By Jethro Swain
The COVID-19 crisis has churned up the waves of redevelopment hitting Capitol Hill and the Central District in ways we’ll be sorting out for your years.
If one planned 11th Ave development two blocks north of Cal Anderson is an indicator, the health and financial crisis may have snuffed out ambitious early plans from a roster of real estate startups looking to create projects in the neighborhood and change the way the country builds new housing.
The property, home to a three-story, 1963-built, nine-unit apartment building, was lined up to be the site of a Seattle project for Starcity, a San Francisco based co-living development firm.
Founded in the Bay Area, Starcity has developed properties in San Francisco, Los Angeles, and Barcelona. Their focus as a company is “to build affordable-by-design rental housing in cities that are experiencing a missing middle class,” and where rents exceed 30% of the area’s median income, according to Starcity representative Mo Sakrani.
The company fashions itself in the mold of WeWork and other new era real estate startups. It touts its co-living setups — familiar here in the Hill’s many microhousing developments — as benefits to be passed along to renters:
By expanding the communal areas and reducing the size of the units, Starcity is able to offer residents a discount of 20-30% on new apartments, which amounts to a monthly rent that ranges between $1,000 and $2,000. Another perk is Starcity’s app, which allows residents to connect with their neighbors — a hyperlocalized form of Nextdoor, if you will. Dishotsky wants Starcity to become a lifestyle brand residents love.
Starcity was the prospective buyer for the nine-unit apartment complex, built in 1963, originally listed at $3.9 million.
As a city where rent has been consistently increasing, Seattle has been a target of expansion for Starcity for some time now. The company ended up making an offer for the Capitol Hill property in May of last year, but had to pause their expansion due to COVID-19.
“The pandemic-induced restrictions resulted in an inability to actively engage with the local community, which we believe is an imperative step before getting too far in the development process,” said Sakrani on why Starcity had to back out of the project. “The lockdown also made it difficult to forecast timelines for permitting and forecast where rents for efficiency units were going in the marketplace.”
Starcity’s original plan was to turn the 7,680-square-foot building into a 34,210-square-foot, 86 unit complex.
The property with the three-story apartment building at 228 11th Ave E is instead on a different course. Like many of the remaining small apartment buildings on the Hill, it is now owned by a small, local investor after being purchased for $3.3 million by Cohen Properties and Alex Cohen, a real estate investor born and raised on Capitol Hill. He purchased it from the Tobin family, another small-scale owner.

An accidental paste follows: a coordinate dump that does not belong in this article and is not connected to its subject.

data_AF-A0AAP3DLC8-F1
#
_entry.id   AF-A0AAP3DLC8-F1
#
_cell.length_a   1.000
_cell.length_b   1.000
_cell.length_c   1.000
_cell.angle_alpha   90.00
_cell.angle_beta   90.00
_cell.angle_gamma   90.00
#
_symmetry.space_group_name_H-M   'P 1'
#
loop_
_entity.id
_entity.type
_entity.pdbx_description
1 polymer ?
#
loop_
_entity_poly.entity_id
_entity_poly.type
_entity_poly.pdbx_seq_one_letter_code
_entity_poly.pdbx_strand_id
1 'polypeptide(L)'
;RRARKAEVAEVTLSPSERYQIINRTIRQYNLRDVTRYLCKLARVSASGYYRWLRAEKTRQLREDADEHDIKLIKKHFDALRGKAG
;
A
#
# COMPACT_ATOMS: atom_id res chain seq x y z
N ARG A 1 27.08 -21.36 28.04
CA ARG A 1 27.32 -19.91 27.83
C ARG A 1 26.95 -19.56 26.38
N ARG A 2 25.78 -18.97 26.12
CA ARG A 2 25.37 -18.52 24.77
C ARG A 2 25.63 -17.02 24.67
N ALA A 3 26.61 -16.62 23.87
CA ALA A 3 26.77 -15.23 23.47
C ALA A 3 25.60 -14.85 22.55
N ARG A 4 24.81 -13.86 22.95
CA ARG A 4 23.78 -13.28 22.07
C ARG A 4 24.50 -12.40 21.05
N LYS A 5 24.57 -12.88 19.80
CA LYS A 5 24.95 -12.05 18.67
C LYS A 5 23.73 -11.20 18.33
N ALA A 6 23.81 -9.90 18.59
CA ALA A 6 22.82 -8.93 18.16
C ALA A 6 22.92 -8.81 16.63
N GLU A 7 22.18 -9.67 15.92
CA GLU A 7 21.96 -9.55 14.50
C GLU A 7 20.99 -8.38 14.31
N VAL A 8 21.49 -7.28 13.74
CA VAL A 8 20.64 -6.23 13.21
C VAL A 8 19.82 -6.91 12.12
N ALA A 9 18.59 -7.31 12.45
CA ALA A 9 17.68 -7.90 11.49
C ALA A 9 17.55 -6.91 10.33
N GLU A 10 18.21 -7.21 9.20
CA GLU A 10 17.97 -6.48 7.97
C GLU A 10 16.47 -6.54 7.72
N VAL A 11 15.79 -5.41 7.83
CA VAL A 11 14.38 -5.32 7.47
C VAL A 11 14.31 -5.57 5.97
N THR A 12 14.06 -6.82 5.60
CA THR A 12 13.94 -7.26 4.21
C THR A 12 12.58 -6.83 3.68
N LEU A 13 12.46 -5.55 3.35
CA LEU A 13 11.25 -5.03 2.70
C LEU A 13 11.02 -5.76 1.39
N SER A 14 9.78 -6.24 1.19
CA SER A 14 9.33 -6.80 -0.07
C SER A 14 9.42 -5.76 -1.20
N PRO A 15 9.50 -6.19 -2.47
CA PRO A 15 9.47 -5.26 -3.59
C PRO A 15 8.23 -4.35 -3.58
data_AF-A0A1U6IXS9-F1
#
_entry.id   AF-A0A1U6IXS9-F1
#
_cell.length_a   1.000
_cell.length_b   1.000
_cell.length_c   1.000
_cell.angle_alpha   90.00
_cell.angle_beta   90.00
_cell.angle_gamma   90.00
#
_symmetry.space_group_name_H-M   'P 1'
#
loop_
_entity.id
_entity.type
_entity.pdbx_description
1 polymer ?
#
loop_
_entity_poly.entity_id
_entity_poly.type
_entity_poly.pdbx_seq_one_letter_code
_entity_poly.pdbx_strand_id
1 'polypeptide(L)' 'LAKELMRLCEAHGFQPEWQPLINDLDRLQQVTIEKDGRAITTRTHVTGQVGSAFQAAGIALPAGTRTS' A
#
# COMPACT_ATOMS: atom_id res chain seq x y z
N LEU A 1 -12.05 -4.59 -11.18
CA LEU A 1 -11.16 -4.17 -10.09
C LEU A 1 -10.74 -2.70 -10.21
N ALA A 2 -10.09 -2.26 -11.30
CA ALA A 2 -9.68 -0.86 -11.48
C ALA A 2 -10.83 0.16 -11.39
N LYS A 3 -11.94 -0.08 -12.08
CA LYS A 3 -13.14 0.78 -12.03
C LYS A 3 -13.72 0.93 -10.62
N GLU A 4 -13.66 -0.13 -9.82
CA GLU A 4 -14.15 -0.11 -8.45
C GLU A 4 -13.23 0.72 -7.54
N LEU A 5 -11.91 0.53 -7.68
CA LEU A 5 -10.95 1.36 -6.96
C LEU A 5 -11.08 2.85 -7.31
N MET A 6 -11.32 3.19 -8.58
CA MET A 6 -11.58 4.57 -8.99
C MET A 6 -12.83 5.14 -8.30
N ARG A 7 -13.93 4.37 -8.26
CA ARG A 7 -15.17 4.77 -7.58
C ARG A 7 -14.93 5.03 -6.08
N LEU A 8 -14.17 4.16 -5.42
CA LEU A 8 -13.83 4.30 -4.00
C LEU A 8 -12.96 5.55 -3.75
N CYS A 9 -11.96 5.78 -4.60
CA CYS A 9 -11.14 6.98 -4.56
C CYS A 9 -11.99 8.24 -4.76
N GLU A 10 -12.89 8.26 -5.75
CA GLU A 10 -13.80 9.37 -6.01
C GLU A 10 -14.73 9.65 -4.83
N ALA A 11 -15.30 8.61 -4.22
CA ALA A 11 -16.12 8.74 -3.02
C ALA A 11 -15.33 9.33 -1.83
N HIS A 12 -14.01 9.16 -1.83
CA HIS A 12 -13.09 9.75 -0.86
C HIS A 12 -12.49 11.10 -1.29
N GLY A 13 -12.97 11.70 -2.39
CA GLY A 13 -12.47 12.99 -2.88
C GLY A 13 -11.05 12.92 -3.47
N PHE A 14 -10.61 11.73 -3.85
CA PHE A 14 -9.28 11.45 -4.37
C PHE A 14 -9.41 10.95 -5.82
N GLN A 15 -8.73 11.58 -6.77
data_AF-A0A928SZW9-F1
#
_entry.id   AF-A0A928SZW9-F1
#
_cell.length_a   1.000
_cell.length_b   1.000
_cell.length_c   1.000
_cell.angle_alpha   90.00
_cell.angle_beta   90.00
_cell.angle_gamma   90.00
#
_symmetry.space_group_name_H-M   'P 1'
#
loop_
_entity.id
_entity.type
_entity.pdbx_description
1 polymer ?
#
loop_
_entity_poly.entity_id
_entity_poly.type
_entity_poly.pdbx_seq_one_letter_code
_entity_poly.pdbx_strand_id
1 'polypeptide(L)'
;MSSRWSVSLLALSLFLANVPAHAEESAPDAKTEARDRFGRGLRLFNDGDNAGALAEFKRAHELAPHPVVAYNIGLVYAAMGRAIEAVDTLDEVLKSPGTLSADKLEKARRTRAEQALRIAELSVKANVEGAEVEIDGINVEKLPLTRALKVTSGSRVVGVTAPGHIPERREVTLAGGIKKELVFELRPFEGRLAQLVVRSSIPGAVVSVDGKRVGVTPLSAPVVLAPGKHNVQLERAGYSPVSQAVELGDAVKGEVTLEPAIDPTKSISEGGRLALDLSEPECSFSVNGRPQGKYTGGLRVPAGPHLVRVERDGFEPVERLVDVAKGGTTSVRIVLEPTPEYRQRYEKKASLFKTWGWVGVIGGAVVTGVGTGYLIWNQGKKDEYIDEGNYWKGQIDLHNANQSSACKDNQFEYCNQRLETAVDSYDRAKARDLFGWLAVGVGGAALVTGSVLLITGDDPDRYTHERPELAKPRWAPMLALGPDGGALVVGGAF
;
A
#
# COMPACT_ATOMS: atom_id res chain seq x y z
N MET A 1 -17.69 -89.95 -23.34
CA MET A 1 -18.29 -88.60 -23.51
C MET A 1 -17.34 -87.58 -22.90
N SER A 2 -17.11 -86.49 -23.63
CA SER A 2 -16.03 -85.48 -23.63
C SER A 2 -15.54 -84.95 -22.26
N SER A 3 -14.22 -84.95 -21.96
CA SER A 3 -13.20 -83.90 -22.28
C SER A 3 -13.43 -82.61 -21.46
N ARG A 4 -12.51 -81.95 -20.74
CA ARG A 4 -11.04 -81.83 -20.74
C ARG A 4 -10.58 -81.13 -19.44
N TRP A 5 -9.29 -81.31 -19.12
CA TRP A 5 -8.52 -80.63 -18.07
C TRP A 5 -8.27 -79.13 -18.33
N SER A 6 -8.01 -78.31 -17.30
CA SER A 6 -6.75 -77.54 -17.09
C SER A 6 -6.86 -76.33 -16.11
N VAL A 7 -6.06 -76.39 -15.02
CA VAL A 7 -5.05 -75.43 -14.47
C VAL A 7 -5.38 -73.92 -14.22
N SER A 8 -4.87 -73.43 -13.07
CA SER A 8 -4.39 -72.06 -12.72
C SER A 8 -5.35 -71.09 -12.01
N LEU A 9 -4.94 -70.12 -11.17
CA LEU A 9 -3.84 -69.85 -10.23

As the pandemic worsened across the country, the 228 11th Ave. E. apartment building sat on the market for the remainder of the year. It wasn’t until the beginning of 2021 that Cohen made his offer and closed the deal on the sale. Cohen’s current plan is to turn the property into an eight-story building, permits show.
“I focus on small apartment buildings with a little bit of commercial space,” Cohen told CHS. “I look for small infill lots with easy access to transit, amenities, and jobs.” For Cohen, this project is particularly impactful because he’s been looking to develop a property on Capitol Hill for a while now.
“I grew up here. It’s an amazing neighborhood,” said Cohen of Capitol Hill. “It has everything that makes living in a city work…we are very excited about the neighborhood and are working hard to add something of value to it.”
Cohen Properties has developed properties all over Seattle including in Ballard, Fremont, and Beacon Hill. For this specific project in Capitol Hill, Cohen will be working with CA Family Properties, the real estate company of former Seattle Seahawks Defensive End Cliff Avril. “Cliff and I were looking for a project to work on together for some time when we came across this,” said Cohen.
The project itself will take some time to get underway, since Cohen is currently working on permitting for construction which can take 18 to 20 months. Once construction begins, Cohen estimates that it will take about 18 months to finish.
While Cohen’s purchase of the property and new plans to build fit into ongoing patterns of smaller scale redevelopment on Capitol Hill, some new players with efforts in motion from before the start of the pandemic are continuing to make progress here. Juno Residential, a San Francisco real estate startup launched last summer with Apple and Tesla pedigree that is seeking to change the residential development market with mass production and pre-fabrication techniques is the developer on the mixed-use project being planned to create new housing and a new home for City Market just off E Olive Way.
As for Starcity and companies like it, they will continue to have their eyes on Capitol Hill and could be back sooner than later as the economy stabilizes. “We are actively seeking opportunities to re-engage in Seattle now, and hope to find our first site for expansion later this year,” the company spokesperson said.
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